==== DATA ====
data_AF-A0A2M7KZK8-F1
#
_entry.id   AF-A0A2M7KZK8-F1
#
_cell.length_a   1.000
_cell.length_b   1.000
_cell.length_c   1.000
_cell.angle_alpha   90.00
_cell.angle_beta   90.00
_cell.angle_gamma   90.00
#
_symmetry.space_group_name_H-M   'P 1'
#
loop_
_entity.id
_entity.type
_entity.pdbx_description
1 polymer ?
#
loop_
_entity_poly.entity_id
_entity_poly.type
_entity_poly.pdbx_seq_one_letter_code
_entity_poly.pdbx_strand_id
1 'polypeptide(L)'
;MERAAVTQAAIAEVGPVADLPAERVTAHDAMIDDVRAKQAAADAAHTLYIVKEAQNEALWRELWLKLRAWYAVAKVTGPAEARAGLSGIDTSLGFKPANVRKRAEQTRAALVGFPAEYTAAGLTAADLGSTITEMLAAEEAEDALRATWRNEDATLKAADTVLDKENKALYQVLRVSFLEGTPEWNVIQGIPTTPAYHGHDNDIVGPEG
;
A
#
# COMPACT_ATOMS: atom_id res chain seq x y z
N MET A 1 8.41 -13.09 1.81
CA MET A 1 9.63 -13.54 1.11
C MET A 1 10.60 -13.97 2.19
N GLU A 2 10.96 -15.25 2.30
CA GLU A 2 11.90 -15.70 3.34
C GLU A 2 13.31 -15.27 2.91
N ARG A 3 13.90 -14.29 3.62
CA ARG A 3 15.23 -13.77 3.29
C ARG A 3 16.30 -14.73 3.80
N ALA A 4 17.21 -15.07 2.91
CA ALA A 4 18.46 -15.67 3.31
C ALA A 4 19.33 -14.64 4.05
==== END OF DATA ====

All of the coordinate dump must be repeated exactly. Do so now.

data_AF-A0A2M7KZK8-F1
#
_entry.id   AF-A0A2M7KZK8-F1
#
_cell.length_a   1.000
_cell.length_b   1.000
_cell.length_c   1.000
_cell.angle_alpha   90.00
_cell.angle_beta   90.00
_cell.angle_gamma   90.00
#
_symmetry.space_group_name_H-M   'P 1'
#
loop_
_entity.id
_entity.type
_entity.pdbx_description
1 polymer ?
#
loop_
_entity_poly.entity_id
_entity_poly.type
_entity_poly.pdbx_seq_one_letter_code
_entity_poly.pdbx_strand_id
1 'polypeptide(L)'
;MERAAVTQAAIAEVGPVADLPAERVTAHDAMIDDVRAKQAAADAAHTLYIVKEAQNEALWRELWLKLRAWYAVAKVTGPAEARAGLSGIDTSLGFKPANVRKRAEQTRAALVGFPAEYTAAGLTAADLGSTITEMLAAEEAEDALRATWRNEDATLKAADTVLDKENKALYQVLRVSFLEGTPEWNVIQGIPTTPAYHGHDNDIVGPEG
;
A
#
# COMPACT_ATOMS: atom_id res chain seq x y z
N MET A 1 8.41 -13.09 1.81
CA MET A 1 9.63 -13.54 1.11
C MET A 1 10.60 -13.97 2.19
N GLU A 2 10.96 -15.25 2.30
CA GLU A 2 11.90 -15.70 3.34
C GLU A 2 13.31 -15.27 2.91
N ARG A 3 13.90 -14.29 3.62
CA ARG A 3 15.23 -13.77 3.29
C ARG A 3 16.30 -14.73 3.80
N ALA A 4 17.21 -15.07 2.91
CA ALA A 4 18.46 -15.67 3.31
C ALA A 4 19.33 -14.64 4.05